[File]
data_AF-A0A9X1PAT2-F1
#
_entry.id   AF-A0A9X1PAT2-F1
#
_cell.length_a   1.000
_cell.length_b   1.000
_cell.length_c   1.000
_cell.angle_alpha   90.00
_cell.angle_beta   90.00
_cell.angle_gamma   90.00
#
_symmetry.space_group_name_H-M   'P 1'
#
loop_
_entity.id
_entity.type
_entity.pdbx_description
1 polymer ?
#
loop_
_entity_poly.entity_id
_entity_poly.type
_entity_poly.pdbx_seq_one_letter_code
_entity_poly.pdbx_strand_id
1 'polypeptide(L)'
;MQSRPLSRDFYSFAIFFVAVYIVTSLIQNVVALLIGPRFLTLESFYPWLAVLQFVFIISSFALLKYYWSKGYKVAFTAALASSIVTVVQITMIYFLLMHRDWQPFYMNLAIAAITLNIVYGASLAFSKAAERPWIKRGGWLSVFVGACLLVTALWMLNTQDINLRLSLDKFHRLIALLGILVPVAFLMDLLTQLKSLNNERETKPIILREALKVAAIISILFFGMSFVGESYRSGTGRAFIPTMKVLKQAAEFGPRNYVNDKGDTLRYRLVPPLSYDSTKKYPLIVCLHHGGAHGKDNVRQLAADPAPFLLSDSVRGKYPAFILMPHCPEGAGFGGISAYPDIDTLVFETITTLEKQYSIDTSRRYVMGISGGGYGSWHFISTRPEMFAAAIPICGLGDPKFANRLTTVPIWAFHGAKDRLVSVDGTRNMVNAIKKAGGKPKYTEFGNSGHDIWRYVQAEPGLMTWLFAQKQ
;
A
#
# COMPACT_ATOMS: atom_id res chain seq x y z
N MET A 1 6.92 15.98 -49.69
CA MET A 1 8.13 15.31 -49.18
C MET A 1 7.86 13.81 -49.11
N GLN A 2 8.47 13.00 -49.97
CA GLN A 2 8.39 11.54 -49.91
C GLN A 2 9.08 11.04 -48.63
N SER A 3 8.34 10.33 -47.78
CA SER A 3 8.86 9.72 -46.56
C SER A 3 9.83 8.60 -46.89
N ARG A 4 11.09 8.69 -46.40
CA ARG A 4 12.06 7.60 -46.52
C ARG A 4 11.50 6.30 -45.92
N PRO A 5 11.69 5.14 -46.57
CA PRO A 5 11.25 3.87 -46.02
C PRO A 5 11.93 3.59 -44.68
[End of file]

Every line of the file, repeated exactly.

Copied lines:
data_AF-A0A9X1PAT2-F1
#
_entry.id   AF-A0A9X1PAT2-F1
#
_cell.length_a   1.000
_cell.length_b   1.000
_cell.length_c   1.000
_cell.angle_alpha   90.00
_cell.angle_beta   90.00
_cell.angle_gamma   90.00
#
_symmetry.space_group_name_H-M   'P 1'
#
loop_
_entity.id
_entity.type
_entity.pdbx_description
1 polymer ?
#
loop_
_entity_poly.entity_id
_entity_poly.type
_entity_poly.pdbx_seq_one_letter_code
_entity_poly.pdbx_strand_id
1 'polypeptide(L)'
;MQSRPLSRDFYSFAIFFVAVYIVTSLIQNVVALLIGPRFLTLESFYPWLAVLQFVFIISSFALLKYYWSKGYKVAFTAALASSIVTVVQITMIYFLLMHRDWQPFYMNLAIAAITLNIVYGASLAFSKAAERPWIKRGGWLSVFVGACLLVTALWMLNTQDINLRLSLDKFHRLIALLGILVPVAFLMDLLTQLKSLNNERETKPIILREALKVAAIISILFFGMSFVGESYRSGTGRAFIPTMKVLKQAAEFGPRNYVNDKGDTLRYRLVPPLSYDSTKKYPLIVCLHHGGAHGKDNVRQLAADPAPFLLSDSVRGKYPAFILMPHCPEGAGFGGISAYPDIDTLVFETITTLEKQYSIDTSRRYVMGISGGGYGSWHFISTRPEMFAAAIPICGLGDPKFANRLTTVPIWAFHGAKDRLVSVDGTRNMVNAIKKAGGKPKYTEFGNSGHDIWRYVQAEPGLMTWLFAQKQ
;
A
#
# COMPACT_ATOMS: atom_id res chain seq x y z
N MET A 1 6.92 15.98 -49.69
CA MET A 1 8.13 15.31 -49.18
C MET A 1 7.86 13.81 -49.11
N GLN A 2 8.47 13.00 -49.97
CA GLN A 2 8.39 11.54 -49.91
C GLN A 2 9.08 11.04 -48.63
N SER A 3 8.34 10.33 -47.78
CA SER A 3 8.86 9.72 -46.56
C SER A 3 9.83 8.60 -46.89
N ARG A 4 11.09 8.69 -46.40
CA ARG A 4 12.06 7.60 -46.52
C ARG A 4 11.50 6.30 -45.92
N PRO A 5 11.69 5.14 -46.57
CA PRO A 5 11.25 3.87 -46.02
C PRO A 5 11.93 3.59 -44.68